As I've been processing the recent injustices in Ferguson, and Staten Island, I have been watching a lot of various interviews on Democracy Now, and the other day I saw an interview with a retired New York City detective named Graham Weatherspoon . It was a wonderful interview, I like interviews like this, because this guy knows firsthand, he isn't guessing, or pontificating in anyway. And I found it interesting that he himself had suffered police brutality himself at a very young age, which was one of the deciding factors that led him to the force, to change things, make them better.
As racism was being discussed, he said one sentence that sums up the problem. He said, racism is a cancer in this country, and no one wants to talk about it, or heal it. And he couldn't be more right. After being surrounded by so many people who are just openly, out and proud racists, it is a cancer, and each generation is spreading it to the new one. I remember I used to work with this girl who was only maybe 21 or 22, and she talked like a life long racist, someone who has had years to hone their craft. And cancerous is a really good way to describe this city I live in. It has a toxic vibe to it. If I had to use one word to describe this city it would be death. Anyway, I also remember a long time ago reading a quote that said something like "we as humans are not meant to live in only one place, we are meant to move, and experience different ways." That wasn't the exact quote, of course, but it went along those lines, and it stuck in my head, because I have noticed that I have met hardly anyone who has ever lived anywhere else but here. It is the strangest thing, I can't imagine living here my whole life. Even if I liked it, BORING. I am so bored I could literally rip my skin off. There is nothing not boring about this city. And the hilarious thing is that it isn't a sweet little quaint village where everyone is kind and loving to their neighbor, that kind of boring I could handle, no there are more shootings here than I ever heard about in Seattle, and the people are the opposite of kind. And don't get me started on the drunk driving topic. Anyway, back to racism, I think that in the case of most of the people where I live it is pure, unadulterated ignorance. I doubt very few of these people have even had many experiences with anyone other than other angry, resentful white people, so this hatred has been taught to them, and they have never bothered to check it out and form their own opinions.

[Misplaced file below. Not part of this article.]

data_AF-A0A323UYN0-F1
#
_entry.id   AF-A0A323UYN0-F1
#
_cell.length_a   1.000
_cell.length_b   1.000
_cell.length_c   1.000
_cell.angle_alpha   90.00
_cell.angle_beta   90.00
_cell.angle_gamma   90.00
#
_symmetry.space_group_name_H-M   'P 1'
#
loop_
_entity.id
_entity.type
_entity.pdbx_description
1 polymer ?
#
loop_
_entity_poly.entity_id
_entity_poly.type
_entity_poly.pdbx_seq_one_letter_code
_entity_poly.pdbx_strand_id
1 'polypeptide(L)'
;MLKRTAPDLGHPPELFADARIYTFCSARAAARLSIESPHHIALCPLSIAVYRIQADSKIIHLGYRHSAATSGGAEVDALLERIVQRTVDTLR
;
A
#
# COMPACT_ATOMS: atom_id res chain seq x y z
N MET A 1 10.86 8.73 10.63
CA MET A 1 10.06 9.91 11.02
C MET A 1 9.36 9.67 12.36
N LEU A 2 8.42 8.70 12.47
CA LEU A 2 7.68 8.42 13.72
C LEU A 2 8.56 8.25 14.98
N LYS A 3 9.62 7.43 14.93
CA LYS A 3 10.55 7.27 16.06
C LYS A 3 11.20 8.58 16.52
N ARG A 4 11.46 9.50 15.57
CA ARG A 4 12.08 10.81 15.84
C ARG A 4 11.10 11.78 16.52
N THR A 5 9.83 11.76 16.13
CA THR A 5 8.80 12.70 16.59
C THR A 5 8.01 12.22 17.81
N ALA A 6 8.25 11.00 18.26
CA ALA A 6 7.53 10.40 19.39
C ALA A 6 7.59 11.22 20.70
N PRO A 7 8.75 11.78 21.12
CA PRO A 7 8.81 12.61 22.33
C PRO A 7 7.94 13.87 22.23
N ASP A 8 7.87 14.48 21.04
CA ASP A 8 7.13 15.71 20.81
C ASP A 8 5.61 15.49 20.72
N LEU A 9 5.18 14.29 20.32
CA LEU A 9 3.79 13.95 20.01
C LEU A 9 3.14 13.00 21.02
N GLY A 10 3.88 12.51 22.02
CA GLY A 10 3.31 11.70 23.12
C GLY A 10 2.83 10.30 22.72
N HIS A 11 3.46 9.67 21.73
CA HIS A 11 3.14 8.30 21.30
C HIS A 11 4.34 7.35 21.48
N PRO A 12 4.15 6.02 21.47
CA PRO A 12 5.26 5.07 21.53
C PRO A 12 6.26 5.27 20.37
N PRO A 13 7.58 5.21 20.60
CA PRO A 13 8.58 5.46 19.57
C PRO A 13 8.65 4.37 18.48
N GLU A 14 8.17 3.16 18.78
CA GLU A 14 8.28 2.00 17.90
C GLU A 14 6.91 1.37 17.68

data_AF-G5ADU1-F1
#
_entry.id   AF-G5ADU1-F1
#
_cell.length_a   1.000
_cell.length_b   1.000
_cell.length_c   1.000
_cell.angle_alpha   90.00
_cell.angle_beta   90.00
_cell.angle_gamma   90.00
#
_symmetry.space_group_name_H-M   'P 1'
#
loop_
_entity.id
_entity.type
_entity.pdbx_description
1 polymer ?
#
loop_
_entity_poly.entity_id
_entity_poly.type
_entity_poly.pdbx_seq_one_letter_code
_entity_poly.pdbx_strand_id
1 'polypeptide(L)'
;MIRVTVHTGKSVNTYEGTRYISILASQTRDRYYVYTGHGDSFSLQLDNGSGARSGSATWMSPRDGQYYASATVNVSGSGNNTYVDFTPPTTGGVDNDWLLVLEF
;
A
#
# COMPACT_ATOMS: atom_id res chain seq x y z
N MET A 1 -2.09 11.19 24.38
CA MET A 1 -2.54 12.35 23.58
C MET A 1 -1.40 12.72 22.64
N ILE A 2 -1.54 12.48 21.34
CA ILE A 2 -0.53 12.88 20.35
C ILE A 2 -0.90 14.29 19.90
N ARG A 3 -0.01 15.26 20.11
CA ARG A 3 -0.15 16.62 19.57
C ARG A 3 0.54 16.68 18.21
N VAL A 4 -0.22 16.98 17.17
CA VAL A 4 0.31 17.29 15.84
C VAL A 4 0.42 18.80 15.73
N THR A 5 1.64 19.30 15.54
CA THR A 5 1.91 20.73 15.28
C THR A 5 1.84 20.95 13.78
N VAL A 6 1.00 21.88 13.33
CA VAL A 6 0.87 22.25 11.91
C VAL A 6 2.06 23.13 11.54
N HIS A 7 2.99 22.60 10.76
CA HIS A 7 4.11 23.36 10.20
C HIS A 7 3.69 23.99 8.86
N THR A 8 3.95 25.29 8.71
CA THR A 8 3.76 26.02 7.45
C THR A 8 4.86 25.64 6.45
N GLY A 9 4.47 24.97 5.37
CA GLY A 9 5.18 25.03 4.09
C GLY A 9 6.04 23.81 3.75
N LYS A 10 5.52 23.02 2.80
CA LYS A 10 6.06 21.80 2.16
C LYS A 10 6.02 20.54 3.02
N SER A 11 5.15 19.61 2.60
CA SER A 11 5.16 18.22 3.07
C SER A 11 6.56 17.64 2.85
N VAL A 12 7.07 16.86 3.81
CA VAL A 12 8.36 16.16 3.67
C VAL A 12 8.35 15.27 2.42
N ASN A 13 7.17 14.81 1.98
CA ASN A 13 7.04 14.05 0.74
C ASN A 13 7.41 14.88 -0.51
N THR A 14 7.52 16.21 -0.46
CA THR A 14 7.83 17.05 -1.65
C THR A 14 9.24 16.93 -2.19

The ignorance is what needs to be changed. I mean, I saw a study on The Young Turks I believe, (obsessed) and only like 58% of white people who were polled thought the Staten Island lack of indictment was wrong, and the numbers were way lower for the Michael Brown case. I mean that kind of says it all right there. We have a lot of work to do, and I have no idea how to go about it. It is about to be 2015, and people are still using the n word, and as I've learned, a lot of it is out and proud, I'm white, I can say whatever I want.
I feel very strongly about wanting this to be a kind world for everyone, and right now it isn't. And as a vegan, it feels very daunting to get humans to be kind to animals, when we are so cruel to each other. I used to live in my little liberal bubble, and think that racism was all but non-existent, and I was so wrong, and I want other people who may not understand that this attitude is real. Like Fox news isn't just an annoying thing that we watch Jon Stewart skewer, there are people who ride and die with Fox News.
If you are curious and have a few minutes, check out the interview on Democracy Now! with Graham Weatherspoon you won't be disappointed, you will be enlightened.